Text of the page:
The Mission has its share of restaurants that hail from the Yucatan region of Mexico, but as far as I know, this is the only one we have from Guatemala right now. El Sabor de San Miguel is definitely an old-school, family-run restaurant from back in the day, but it’s new to me. Juana and Justiniano Gomez opened the place originally as San Miguel Restaurant, in 1994, at 20th and Mission streets.

Now, their grown children, brother Juliano and sister Noris, own and run the storefront at 3263 Mission St., as well as the restaurant’s food trucks. I remember the trucks that sold late-night taquitos and other delicacies to bar-goers in the neighborhood. The trucks underwent a renovation, butI haven’t seen them in a long while. The restaurant reopened as El Sabor de San Miguel at its current location in La Lengua, and is a comfortable, brightly colored place, with family photos on the wall.

Noris herself waited on us on our first visit; a welcoming, bubbly presence. To start, we split a salad with a really interesting parsley-based dressing, almost pesto-ish in texture, with pepitas (pumpkin seeds).

Guatemalan salad.

Really fresh, with an unusual consistency and bright flavors. We devoured the entire plate of veggies.

Next, the BF ordered the Plato San Miguel.

Plato San Miguel.

It consisted of a charred NY steak with a juicy, housemade, longaniza sausage, double-refried black bean paste, ripe plantains, and crema. The steak had a hearty, flame-grilled flavor, and was just tender enough. The chubby longaniza has mint and cilantro in the filling, giving it a floral, green taste – very different than any longaniza I’ve ever had, and better. The beans were deeply charred, giving them an almost burnt flavor – again, something I’ve never tasted before in Mayan cuisine, but they went well with the plantains and crema.

I’d heard about the famous pork adovada and had to order it.

Adovada de puerco.

The secret here is that the pork is marinated in fragrant achiote for 24 hours and then fried. Once you order it, they then also grill it, giving it that crispy, fatty perfection. This appears to be the star of the menu, and we loved it. My beans were more the expected — pureed, dusted with queso fresco. I slathered their homemade habanero salsa on everything (don’t worry, it’s really not as hot as they say it is, but if you’re averse to any heat, they have a tasty mild sauce, too.) The tortillas didn’t appear to be house-made, which was a good thing, or I would have eaten way too many of them. As it was, most of my dinner came home with us for the BF’s late-night consumption.  I’m going to blame that giant salad.

On our second visit, Chef Justiniano took our orders. We got all appetizers this time, because there are so many good combinations on this menu. First, the Guatemalan enchiladas.

Enchiladas.

Guatemalan enchiladas are not rolled and drowned in sauce, but instead are crispy tostada-like shells, topped with cold beets (yes, beets!), a ground meat sauce (also cold), a slice of hardboiled egg, red onions, queso fresco, and parsley. Another really fresh tasting dish, with a satisfying crunch. I’d get this again in a heartbeat.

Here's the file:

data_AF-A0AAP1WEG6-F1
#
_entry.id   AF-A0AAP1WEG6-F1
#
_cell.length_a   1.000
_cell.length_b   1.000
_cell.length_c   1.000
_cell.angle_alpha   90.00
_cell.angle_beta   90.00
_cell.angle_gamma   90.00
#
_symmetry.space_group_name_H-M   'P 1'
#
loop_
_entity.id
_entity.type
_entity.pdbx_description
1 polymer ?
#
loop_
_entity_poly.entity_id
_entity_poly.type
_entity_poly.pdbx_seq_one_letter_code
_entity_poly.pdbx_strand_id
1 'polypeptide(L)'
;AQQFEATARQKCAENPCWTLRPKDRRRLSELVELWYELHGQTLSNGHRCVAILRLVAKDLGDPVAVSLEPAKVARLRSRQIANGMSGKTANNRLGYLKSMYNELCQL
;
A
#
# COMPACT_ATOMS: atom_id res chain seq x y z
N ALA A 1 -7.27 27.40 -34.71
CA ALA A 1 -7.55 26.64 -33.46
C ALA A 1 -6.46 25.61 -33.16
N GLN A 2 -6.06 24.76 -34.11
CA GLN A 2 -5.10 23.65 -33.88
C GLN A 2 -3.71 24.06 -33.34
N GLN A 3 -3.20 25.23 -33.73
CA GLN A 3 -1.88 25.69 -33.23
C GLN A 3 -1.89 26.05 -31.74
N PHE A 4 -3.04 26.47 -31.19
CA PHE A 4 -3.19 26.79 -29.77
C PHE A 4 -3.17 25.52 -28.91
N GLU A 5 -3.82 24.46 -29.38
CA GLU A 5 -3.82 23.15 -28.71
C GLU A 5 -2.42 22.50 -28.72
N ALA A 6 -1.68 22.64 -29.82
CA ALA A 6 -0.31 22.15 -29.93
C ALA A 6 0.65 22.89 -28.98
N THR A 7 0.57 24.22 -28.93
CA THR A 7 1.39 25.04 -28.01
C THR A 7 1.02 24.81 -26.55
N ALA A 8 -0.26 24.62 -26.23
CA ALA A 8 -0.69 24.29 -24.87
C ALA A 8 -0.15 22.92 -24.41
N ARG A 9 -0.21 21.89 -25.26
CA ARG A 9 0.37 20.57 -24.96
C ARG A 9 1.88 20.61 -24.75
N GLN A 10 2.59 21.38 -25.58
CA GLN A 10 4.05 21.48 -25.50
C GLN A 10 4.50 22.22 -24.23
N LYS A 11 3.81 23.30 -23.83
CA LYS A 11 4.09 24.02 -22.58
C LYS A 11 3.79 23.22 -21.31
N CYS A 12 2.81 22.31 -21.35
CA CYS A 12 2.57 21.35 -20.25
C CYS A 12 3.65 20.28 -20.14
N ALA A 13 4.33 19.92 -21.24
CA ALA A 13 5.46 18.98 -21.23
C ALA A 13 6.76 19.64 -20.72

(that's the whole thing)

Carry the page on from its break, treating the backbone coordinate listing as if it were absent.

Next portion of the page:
Next, the ceviche sampler.

Ceviche.

One was shrimp, the other a chilled beef ceviche (not sure if that meant tartare?). The shrimp ceviche had a bright, minty taste to it, but neither of us liked the beef one. It was mushy and the flavors were muddled. One bite and we left it behind.

Then came the tamales.

Tamales.

We had one chicken and one vegetarian, with black bean puree and crema. The chicken was a bit bland until you ate it with the fabulous beans and the habanero salsa. The veg tamal was dense but not at all dry, and deeply flavorful. While I liked both, I kicked myself later after overhearing Noris telling the next table that there was also a Guatemalan tamal (I guess more typical than these?) that she described as having very soft masa, which is the way I love my tamales (like the Salvadoran ones you can pick up at Evergreen Market on Mission Street at 21st). We may have to make a third trip here, for science.

Finally, taquitos.

Taquitos.

Stuffed with chicken picadillo and topped with guac, tomato sauce and cotija, these were another winner, but I love just about any taquito. For our taste, they could have used just a little more guacamole.

All of these dishes had an air of familiarity to me, but I left feeling kind of amazed at how different this was from Mexican Yucatecan food. There seemed to be a lighter touch, more herbs, and an overall refreshing quality to this cuisine.

There’s a lot more to try here: A chicken pepian stew, camarones al mojo del ajo (garlic butter sautéed prawns), and most intriguing, what could be considered Guatemala’s national dish — Kaq’ik soup — here, a hen (rather than turkey) stewed in a broth of chilies, achiote, coriander and other spices, and typically served with a tamale of chipilin (a Central American and Southern Mexican green). Even the desserts sound interesting, featuring plantains three ways, and atol, that wonderfully warming, sweet corn-based drink.

Happy to have this under-represented cuisine in our own backyard.

El Sabor de San Miguel
3263 Mission St.
415-641-5866